A study was conducted to determine the distribution of sugars in vacuoles, cytoplasm, and free space in apples (Malus domestica Bork) picked at the immature and mature stage of maturity. The volumes of free space and air space were 13.4% and 14.5%, respectively, in immature fruit, and 14.6% and 25.6%, respectively, in mature fruit. The inner cellular volume (vacuole + cytoplasm) was 72% and 60% for immature and mature fruit, respectively. About 90% of each sugar (glucose, fructose, sucrose, and sorbitol) was found in the vacuole. The concentration of total sugar in the inner cell or free space was 326 or 128 mm each in immature fruit and 937 or 406 mm each in mature fruit. Permeability to sugars across the plasma membrane and tonoplast also increased with fruit maturation, 7- to 30-fold for the tonoplast and 4- to 5-fold for the plasma membrane in mature compared to immature fruit. Cells in immature fruit apparently enlarge through higher turgor pressure from sequestering of sugars into vacuoles, and cease to enlarge in mature fruit as the amount of sugar unloading into the fruit is reduced due to the accumulation of sugar in the free space or cytoplasm.

Free access

F. Roger Harker, Christopher B. Watkins, Paul L. Brookfield, Mellisa J. Miller, Suzanne Reid, Phillippa J. Jackson, Roderick L. Bieleski, and Tim Bartley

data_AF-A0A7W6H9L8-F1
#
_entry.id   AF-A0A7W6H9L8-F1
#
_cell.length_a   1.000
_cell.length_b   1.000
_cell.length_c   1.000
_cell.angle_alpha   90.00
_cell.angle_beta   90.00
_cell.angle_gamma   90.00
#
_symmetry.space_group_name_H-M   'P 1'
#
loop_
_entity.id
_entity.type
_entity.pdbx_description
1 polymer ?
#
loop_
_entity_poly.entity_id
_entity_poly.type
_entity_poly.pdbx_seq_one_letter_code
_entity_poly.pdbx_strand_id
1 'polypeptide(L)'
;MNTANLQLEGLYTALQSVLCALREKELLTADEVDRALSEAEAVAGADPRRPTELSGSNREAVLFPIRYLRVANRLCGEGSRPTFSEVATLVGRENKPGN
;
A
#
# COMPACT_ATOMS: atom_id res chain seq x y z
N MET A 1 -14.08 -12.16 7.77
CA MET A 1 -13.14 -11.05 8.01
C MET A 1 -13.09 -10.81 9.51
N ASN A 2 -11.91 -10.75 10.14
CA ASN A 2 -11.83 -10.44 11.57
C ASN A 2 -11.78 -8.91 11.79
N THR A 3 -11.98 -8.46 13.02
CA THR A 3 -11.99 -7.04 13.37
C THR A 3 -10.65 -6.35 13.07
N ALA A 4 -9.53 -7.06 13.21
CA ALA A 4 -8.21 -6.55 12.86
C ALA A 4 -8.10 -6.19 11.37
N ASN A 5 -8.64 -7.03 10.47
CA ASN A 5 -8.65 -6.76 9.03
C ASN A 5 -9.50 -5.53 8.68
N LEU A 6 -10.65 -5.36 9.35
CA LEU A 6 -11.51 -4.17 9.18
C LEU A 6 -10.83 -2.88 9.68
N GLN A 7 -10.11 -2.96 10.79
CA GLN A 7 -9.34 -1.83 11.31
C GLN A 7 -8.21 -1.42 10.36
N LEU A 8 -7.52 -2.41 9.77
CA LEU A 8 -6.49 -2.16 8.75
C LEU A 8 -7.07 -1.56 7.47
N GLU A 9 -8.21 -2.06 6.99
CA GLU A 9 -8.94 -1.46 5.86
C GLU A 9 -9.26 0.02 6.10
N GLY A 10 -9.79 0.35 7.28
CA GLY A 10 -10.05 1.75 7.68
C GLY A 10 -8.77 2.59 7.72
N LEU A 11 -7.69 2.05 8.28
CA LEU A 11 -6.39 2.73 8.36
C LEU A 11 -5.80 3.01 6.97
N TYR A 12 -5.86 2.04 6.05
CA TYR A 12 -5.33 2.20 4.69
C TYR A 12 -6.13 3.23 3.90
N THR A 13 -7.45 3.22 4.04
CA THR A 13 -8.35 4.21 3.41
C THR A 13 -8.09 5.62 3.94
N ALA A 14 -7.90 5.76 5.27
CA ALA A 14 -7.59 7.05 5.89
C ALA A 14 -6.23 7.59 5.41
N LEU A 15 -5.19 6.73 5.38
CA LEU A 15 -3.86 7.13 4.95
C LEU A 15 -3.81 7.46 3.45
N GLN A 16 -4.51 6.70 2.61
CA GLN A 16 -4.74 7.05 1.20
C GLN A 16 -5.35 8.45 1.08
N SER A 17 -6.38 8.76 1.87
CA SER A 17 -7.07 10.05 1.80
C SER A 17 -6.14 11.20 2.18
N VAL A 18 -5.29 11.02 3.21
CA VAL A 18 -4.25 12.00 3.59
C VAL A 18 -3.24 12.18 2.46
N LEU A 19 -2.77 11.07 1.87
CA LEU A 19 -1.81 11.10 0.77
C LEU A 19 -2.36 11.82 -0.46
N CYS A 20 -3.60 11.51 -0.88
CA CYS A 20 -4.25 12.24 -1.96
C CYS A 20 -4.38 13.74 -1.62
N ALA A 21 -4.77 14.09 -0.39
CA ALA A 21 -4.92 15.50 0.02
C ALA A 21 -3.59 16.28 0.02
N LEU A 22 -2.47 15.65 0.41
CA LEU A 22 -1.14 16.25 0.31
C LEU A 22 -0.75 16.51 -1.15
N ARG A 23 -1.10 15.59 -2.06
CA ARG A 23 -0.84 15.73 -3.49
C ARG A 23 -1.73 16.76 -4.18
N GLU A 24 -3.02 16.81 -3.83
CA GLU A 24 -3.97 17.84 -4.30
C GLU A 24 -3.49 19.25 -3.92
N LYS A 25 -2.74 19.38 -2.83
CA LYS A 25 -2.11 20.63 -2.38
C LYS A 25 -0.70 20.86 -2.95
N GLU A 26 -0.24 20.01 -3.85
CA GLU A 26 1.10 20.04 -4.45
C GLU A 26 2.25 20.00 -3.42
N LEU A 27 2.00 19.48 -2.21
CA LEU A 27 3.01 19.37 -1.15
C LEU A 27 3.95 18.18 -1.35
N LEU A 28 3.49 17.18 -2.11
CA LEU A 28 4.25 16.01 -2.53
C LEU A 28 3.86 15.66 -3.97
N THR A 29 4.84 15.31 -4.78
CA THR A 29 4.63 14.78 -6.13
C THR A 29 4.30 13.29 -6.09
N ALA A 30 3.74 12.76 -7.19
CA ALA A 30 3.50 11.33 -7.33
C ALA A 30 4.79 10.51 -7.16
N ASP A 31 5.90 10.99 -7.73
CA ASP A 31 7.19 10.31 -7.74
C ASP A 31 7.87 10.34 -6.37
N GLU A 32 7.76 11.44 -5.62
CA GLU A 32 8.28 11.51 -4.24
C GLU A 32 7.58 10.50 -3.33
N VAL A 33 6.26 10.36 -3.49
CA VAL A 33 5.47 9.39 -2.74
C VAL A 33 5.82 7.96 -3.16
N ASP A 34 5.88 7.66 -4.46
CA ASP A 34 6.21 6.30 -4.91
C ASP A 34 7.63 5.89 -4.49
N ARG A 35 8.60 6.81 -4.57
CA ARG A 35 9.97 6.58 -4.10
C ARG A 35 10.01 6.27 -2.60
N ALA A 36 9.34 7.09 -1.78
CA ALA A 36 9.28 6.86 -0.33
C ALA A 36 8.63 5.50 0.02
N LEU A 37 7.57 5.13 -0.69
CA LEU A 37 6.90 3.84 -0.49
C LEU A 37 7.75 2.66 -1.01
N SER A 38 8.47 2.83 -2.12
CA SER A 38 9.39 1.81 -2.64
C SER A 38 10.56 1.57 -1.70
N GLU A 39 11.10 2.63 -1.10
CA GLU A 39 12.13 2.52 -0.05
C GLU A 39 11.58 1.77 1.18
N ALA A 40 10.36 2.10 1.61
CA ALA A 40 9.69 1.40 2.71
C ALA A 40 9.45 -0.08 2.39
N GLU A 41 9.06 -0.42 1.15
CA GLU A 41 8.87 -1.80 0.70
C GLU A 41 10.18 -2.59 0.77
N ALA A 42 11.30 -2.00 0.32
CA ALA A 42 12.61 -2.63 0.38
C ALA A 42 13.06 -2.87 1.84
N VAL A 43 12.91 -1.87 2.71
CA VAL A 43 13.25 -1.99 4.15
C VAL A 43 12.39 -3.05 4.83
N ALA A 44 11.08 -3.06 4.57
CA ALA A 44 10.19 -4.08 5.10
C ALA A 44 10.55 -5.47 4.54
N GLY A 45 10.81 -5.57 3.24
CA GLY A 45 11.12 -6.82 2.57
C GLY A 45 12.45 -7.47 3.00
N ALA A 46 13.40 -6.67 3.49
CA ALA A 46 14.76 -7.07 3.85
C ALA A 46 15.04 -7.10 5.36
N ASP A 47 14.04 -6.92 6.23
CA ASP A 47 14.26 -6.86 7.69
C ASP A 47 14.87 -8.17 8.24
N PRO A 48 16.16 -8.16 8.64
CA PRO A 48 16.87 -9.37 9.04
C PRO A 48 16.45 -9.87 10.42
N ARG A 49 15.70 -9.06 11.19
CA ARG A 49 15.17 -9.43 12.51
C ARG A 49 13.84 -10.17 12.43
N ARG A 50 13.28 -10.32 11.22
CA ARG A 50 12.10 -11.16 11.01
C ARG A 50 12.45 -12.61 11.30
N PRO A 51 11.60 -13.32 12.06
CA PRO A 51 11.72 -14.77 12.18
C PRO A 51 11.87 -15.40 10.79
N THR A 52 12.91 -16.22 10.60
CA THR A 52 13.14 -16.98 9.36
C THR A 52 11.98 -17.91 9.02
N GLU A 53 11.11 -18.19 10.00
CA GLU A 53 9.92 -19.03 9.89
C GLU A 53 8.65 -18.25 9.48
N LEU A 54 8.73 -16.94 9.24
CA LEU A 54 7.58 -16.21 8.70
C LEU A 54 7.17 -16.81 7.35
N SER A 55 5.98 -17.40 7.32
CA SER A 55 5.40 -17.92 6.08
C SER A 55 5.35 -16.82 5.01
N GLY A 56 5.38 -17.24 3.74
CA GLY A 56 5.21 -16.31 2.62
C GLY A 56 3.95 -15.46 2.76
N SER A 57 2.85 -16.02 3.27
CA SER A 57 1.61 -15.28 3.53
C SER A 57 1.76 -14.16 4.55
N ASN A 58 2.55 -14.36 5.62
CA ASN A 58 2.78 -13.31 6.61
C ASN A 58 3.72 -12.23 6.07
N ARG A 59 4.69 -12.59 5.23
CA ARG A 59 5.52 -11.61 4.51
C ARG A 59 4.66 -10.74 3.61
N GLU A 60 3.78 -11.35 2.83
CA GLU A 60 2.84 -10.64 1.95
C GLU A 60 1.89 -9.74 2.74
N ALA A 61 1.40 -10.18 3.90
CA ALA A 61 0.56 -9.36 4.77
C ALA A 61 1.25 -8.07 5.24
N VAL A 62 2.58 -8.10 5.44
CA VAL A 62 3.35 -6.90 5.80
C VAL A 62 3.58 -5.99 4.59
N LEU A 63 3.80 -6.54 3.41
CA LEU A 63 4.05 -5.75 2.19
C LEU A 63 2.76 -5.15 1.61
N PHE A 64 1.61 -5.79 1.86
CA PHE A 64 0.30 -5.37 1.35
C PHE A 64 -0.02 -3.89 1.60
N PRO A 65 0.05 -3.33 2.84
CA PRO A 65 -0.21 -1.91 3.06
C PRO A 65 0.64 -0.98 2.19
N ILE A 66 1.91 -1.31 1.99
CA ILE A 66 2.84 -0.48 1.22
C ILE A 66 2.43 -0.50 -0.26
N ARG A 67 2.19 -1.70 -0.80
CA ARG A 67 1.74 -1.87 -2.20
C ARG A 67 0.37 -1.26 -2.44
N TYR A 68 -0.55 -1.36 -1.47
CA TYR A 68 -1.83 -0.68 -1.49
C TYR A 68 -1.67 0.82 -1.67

Preharvest development and postharvest disappearance of watercore in `Fuji' apples (Malus ×domestica Borkh.) from a northern (Hawke's Bay, latitude 39° south) and southern (Otago, latitude 45° south) region of New Zealand were compared. A new method for quantifying watercore was developed. A photocopy was taken of the symptoms after each fruit was cut in half through the equator, and then the area of affected flesh (photocopies black) was measured using morphometric methods and compared to the area of unaffected flesh (photocopies white). Watercore was more severe and developed earlier in the season in Otago than in Hawke's Bay. In Otago, a block-type watercore predominated, disorder symptoms initially appearing in the tissues located at the junction of two carpels, while in Hawke's Bay a radial-type of watercore predominated, initially appearing in the tissues surrounding the coreline vascular bundles. Regression analysis identified that orchard and harvest date accounted for most of the differences in watercore symptoms and that the initial appearance of low levels of watercore was the best predictor that fruit would start to develop commercially significant levels of watercore. Incorporation of background color, internal ethylene concentration, starch pattern index, and firmness only slightly improved the regression coefficient. Watercore disappeared from the flesh during storage of fruit from both regions. Fruit from early harvests had the least severe symptoms, and the highest rates of watercore disappearance during storage. In fruit with more severe symptoms at harvest, its disappearance during storage was associated with an increase in fruit volume and air space, which occurred despite continuing mass loss. We suggest that during storage, the extracellular fluid associated with watercore symptoms is absorbed into the cells, and thus drives the increase in fruit volume.